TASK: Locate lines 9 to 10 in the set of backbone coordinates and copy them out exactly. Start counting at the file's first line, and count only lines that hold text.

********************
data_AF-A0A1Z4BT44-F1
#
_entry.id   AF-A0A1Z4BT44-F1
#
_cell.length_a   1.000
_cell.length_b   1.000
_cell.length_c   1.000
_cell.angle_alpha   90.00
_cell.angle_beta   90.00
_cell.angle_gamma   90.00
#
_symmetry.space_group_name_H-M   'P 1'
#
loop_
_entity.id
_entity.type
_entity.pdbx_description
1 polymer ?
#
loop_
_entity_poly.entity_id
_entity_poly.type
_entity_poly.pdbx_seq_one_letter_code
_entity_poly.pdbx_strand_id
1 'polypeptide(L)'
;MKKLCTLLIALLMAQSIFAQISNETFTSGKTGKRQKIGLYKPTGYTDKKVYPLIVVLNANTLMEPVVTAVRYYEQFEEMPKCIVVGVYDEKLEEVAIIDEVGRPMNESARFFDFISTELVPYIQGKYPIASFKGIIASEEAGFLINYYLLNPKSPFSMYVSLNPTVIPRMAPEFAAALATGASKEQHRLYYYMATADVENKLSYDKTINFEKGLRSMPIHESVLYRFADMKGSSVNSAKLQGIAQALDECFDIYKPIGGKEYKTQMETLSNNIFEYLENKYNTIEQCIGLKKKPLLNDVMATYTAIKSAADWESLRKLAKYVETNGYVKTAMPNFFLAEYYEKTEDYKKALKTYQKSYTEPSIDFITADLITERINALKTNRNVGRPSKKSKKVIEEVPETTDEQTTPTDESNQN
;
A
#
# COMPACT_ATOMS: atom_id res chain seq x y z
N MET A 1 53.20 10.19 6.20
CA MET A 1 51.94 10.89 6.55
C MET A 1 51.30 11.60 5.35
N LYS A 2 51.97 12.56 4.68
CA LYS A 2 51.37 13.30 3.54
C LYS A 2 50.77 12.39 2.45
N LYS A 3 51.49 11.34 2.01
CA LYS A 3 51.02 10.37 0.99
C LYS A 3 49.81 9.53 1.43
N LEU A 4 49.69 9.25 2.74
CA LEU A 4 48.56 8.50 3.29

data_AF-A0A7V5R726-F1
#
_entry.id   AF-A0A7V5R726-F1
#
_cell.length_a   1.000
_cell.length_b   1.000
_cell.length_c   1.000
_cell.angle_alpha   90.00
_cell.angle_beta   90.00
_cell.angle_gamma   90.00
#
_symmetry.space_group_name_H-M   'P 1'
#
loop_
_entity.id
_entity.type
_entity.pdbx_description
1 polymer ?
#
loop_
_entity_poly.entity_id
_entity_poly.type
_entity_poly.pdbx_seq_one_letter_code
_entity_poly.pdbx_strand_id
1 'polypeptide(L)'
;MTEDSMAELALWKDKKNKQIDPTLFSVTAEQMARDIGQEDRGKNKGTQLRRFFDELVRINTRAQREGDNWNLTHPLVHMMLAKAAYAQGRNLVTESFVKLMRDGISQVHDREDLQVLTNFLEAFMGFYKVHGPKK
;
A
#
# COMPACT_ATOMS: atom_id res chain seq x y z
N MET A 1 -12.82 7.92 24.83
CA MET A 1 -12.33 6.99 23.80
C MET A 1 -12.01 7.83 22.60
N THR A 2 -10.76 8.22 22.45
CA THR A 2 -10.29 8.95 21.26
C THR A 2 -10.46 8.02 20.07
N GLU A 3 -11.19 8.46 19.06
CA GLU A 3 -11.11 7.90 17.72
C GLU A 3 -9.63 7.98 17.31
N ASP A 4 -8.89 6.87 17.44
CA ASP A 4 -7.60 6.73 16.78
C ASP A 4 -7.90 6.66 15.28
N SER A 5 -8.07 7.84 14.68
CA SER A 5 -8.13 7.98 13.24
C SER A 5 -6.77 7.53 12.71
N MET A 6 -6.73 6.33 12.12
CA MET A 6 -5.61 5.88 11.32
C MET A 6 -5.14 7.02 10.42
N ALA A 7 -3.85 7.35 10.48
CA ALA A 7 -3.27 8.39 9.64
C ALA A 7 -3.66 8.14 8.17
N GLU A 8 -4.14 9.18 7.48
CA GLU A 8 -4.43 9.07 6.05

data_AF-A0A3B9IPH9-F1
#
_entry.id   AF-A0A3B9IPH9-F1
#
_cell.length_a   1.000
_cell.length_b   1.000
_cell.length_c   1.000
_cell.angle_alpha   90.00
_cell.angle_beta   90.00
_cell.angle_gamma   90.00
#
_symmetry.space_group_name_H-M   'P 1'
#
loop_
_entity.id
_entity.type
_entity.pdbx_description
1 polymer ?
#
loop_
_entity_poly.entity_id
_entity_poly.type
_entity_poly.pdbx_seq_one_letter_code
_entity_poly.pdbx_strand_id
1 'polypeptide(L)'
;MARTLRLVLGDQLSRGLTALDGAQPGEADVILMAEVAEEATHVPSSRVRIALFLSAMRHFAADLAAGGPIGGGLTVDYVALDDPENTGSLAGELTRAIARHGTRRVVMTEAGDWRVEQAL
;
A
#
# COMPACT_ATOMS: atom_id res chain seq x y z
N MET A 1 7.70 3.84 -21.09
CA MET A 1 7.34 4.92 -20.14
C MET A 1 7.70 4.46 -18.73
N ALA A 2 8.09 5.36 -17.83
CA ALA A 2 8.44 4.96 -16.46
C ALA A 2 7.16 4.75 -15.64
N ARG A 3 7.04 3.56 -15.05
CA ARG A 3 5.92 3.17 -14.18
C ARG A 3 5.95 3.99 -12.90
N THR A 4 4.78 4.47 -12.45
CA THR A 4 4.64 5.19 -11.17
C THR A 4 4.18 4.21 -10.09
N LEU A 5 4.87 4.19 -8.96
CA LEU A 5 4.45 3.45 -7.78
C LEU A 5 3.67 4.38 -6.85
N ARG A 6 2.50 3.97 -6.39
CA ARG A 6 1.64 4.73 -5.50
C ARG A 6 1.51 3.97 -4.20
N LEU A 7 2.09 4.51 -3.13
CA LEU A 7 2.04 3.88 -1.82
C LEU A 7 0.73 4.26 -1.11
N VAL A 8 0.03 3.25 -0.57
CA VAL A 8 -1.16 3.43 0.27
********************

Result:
_cell.angle_beta   90.00
_cell.angle_gamma   90.00